UCLA’s Office of Academic Planning and Budget (APB) is working with the Senate’s Council of Planning and Budget to design an oversight and assessment plan. While not final, example metrics to assess could include student/faculty ratios, total investment in faculty, time-to-degree, course duplication, and course size. This plan will be shared with all campus stakeholders for input. To support the evaluation process, APB will be creating a new set of dashboards available to the entire UCLA community that will present all of the key data associated with the model and UCLA’s budgets. There will be an unprecedented level of transparency on UCLA’s budget that has not existed previously but is appropriate for the nation’s #1 public research university.
If the assessments of the new model shows that it is not working or can be improved, there is a commitment by senior leadership to make adjustments.
1.7 How is revenue allocated under the new budget model?
Academic units will have two components to their annual funding:
- An activity-based component that is determined by the School/Divisions’ own activities such as teaching (tuition) and research (indirect cost recovery); and
- A supplemental fund provided by the center to create stability, help fund inflationary costs, and to invest in shared priorities. The supplemental fund is initially set to an amount to get each School to today’s General Fund level. This means that the new model will influence future changes in budgets, not current funding levels.
A central fund will be established from State funding, investment income, and a campus assessment (aka “tax”) that largely replaces recharges for campus-wide central unit services and the UCOP tax. The non-core funds tax has been set equal to what campus units pay today in January 2021 3 recharges. Uses of the central fund will be decided by the EVCP and include supplemental funding to academic units, funding to non-academic units, and investments in campus priorities.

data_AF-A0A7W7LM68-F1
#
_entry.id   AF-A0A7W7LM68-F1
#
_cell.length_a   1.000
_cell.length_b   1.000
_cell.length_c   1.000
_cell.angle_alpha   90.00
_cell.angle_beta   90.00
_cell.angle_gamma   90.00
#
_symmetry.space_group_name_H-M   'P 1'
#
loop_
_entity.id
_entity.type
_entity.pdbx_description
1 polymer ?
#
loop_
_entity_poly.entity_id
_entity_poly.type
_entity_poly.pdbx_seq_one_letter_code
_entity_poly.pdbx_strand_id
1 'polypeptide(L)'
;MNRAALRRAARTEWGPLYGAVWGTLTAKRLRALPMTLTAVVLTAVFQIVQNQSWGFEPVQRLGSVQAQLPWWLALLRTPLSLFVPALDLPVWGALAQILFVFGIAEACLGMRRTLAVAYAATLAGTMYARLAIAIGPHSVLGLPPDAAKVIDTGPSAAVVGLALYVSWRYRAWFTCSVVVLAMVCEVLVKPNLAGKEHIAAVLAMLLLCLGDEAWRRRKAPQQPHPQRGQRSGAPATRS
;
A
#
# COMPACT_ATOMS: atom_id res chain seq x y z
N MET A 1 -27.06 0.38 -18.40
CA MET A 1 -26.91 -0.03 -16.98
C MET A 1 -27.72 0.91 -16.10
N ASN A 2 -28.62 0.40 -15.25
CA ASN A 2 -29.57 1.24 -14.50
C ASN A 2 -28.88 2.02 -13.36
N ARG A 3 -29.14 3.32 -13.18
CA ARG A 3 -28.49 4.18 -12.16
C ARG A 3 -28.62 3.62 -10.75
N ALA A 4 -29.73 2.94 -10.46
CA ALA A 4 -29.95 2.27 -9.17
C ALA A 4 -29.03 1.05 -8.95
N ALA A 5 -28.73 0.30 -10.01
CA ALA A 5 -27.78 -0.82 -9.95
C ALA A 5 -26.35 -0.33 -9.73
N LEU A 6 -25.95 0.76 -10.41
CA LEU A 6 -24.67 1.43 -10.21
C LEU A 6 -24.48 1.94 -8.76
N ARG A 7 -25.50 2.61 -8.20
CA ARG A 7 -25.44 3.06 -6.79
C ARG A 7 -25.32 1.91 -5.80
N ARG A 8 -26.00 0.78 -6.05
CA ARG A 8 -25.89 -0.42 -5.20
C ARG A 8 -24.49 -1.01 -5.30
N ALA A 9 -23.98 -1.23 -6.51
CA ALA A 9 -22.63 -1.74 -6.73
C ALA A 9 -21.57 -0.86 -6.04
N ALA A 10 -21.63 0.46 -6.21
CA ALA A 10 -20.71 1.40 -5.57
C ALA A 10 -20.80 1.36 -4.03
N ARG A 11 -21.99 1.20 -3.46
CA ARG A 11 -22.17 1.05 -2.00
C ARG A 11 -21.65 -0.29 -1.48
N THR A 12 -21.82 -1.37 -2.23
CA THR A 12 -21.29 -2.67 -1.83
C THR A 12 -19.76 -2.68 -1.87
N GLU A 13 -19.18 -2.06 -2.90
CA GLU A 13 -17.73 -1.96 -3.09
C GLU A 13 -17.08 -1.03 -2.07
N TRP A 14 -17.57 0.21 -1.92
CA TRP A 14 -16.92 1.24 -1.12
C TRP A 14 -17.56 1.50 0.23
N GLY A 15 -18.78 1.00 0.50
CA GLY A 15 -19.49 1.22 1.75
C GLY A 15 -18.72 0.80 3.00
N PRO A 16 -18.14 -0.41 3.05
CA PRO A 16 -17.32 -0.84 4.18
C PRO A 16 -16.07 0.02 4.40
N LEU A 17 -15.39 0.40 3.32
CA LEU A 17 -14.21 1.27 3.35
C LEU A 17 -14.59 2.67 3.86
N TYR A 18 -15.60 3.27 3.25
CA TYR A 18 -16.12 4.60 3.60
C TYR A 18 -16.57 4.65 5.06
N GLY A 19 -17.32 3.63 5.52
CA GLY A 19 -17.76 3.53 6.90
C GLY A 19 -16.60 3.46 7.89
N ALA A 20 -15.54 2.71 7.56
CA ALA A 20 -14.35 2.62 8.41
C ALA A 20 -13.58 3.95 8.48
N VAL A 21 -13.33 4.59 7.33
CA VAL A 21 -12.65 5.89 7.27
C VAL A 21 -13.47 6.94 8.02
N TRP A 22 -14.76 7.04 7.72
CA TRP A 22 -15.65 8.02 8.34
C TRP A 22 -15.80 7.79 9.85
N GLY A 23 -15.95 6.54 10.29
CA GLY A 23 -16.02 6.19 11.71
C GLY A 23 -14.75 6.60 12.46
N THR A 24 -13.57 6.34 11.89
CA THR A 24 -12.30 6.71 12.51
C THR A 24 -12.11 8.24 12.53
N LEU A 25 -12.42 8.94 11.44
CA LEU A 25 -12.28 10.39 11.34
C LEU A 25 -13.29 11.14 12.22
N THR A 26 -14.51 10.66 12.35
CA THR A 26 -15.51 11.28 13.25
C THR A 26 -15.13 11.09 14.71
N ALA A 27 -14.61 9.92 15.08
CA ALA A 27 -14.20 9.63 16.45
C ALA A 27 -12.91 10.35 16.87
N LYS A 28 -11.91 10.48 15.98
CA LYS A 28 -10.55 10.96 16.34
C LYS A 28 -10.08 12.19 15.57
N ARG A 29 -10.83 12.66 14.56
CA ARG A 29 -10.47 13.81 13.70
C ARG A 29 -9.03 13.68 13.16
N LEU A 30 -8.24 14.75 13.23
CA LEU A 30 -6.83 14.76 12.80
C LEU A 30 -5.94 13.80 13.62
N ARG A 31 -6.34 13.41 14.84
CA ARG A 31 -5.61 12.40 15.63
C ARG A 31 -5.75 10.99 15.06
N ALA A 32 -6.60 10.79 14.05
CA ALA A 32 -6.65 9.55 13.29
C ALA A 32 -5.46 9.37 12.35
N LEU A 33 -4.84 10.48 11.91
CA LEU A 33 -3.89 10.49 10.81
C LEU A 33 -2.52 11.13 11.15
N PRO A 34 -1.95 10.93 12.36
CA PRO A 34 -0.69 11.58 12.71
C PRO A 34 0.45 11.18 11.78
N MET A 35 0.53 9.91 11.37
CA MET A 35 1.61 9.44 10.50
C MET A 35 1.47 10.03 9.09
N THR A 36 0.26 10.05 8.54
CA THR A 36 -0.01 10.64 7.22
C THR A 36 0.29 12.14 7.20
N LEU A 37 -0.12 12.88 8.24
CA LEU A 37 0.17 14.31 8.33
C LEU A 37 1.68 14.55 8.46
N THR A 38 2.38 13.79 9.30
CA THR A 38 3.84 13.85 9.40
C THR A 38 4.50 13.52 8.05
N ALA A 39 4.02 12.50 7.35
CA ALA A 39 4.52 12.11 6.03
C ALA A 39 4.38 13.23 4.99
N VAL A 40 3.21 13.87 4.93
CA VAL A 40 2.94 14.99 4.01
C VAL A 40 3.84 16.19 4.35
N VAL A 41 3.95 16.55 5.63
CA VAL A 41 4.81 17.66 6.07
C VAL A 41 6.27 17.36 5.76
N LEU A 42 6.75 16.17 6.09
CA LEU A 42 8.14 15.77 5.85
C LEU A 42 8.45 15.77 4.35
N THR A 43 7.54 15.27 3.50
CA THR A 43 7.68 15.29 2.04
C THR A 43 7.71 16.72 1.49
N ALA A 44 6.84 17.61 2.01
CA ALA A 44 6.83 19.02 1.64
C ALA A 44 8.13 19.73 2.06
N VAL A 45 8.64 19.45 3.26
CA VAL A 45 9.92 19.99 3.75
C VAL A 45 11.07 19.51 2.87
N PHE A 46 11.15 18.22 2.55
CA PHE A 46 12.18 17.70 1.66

Non-School units will be funded primarily from an annual allocation from the central fund. Campus recharges will be limited to “premium services” that will be identified in service-level agreements that organizations will share with the campus (see “Flow of Funds” graphic below).
1.8 Will budgets change July 1, 2021 when we go live with the Bruin Budget Model (BBM)?
All units will maintain their current baseline (permanent) budget on day one of the new model as the model is designed to be budget neutral on 7/1/21. Similarly, the tax assessments have been set to be equal to what organizations are paying today in assessments and recharges. So, there will be no change in net funding when we go live with the new model.
Going forward, the new model will better align future years’ incremental allocations to activity trends such as increases in teaching student credit hours, new graduate programs and enrollments, increased research grants, and indirect cost recovery.
1.9 Are the budget reductions that are being planned a result of the new budget model?
The budget reductions assigned to administrative organizations and academic departments are the result of the global pandemic and recession – not the new budget model.
Campus funding has been impacted by revenue losses in State funding; health system and auxiliary revenue; flat enrollments and deferred tuition increases; and declines in investment income. Other impacts include non-reimbursed expenditure increases such as those for faculty merits, represented staff, pension and health, and COVID-related expenses. We have translated this financial loss into a planning scenario that will be implemented over three to four years. There is still a great amount of uncertainty and the final cuts we implement will be informed by actual permanent financial impact.